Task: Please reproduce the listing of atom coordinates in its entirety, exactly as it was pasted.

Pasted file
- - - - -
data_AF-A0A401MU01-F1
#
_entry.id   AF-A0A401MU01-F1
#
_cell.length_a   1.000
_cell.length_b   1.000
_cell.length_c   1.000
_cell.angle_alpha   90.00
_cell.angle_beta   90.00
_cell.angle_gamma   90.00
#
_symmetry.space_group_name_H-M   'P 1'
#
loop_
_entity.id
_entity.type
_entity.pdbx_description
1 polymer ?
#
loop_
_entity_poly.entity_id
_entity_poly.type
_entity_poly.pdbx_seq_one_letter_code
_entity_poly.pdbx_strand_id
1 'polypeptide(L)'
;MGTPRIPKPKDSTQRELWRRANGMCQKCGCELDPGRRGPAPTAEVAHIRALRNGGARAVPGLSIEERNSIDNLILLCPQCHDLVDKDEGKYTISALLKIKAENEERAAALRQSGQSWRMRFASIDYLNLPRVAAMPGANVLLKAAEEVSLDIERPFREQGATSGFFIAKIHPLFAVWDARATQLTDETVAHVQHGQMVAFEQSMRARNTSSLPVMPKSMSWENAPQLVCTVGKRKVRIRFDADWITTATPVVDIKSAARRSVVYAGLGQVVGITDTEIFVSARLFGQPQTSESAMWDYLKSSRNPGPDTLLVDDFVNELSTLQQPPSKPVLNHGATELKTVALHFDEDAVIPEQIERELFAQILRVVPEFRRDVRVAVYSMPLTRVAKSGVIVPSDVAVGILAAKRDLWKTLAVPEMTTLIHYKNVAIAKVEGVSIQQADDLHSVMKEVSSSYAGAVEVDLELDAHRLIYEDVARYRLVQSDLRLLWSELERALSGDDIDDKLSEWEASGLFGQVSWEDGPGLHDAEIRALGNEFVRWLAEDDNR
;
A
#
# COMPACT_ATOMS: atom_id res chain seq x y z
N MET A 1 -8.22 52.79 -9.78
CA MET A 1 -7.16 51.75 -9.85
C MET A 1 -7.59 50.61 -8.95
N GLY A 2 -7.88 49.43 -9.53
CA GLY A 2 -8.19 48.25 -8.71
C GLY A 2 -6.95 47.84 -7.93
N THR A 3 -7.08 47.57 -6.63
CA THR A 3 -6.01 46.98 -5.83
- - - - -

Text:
data_AF-A0A401MU01-F1
#
_entry.id   AF-A0A401MU01-F1
#
_cell.length_a   1.000
_cell.length_b   1.000
_cell.length_c   1.000
_cell.angle_alpha   90.00
_cell.angle_beta   90.00
_cell.angle_gamma   90.00
#
_symmetry.space_group_name_H-M   'P 1'
#
loop_
_entity.id
_entity.type
_entity.pdbx_description
1 polymer ?
#
loop_
_entity_poly.entity_id
_entity_poly.type
_entity_poly.pdbx_seq_one_letter_code
_entity_poly.pdbx_strand_id
1 'polypeptide(L)'
;MGTPRIPKPKDSTQRELWRRANGMCQKCGCELDPGRRGPAPTAEVAHIRALRNGGARAVPGLSIEERNSIDNLILLCPQCHDLVDKDEGKYTISALLKIKAENEERAAALRQSGQSWRMRFASIDYLNLPRVAAMPGANVLLKAAEEVSLDIERPFREQGATSGFFIAKIHPLFAVWDARATQLTDETVAHVQHGQMVAFEQSMRARNTSSLPVMPKSMSWENAPQLVCTVGKRKVRIRFDADWITTATPVVDIKSAARRSVVYAGLGQVVGITDTEIFVSARLFGQPQTSESAMWDYLKSSRNPGPDTLLVDDFVNELSTLQQPPSKPVLNHGATELKTVALHFDEDAVIPEQIERELFAQILRVVPEFRRDVRVAVYSMPLTRVAKSGVIVPSDVAVGILAAKRDLWKTLAVPEMTTLIHYKNVAIAKVEGVSIQQADDLHSVMKEVSSSYAGAVEVDLELDAHRLIYEDVARYRLVQSDLRLLWSELERALSGDDIDDKLSEWEASGLFGQVSWEDGPGLHDAEIRALGNEFVRWLAEDDNR
;
A
#
# COMPACT_ATOMS: atom_id res chain seq x y z
N MET A 1 -8.22 52.79 -9.78
CA MET A 1 -7.16 51.75 -9.85
C MET A 1 -7.59 50.61 -8.95
N GLY A 2 -7.88 49.43 -9.53
CA GLY A 2 -8.19 48.25 -8.71
C GLY A 2 -6.95 47.84 -7.93
N THR A 3 -7.08 47.57 -6.63
CA THR A 3 -6.01 46.98 -5.83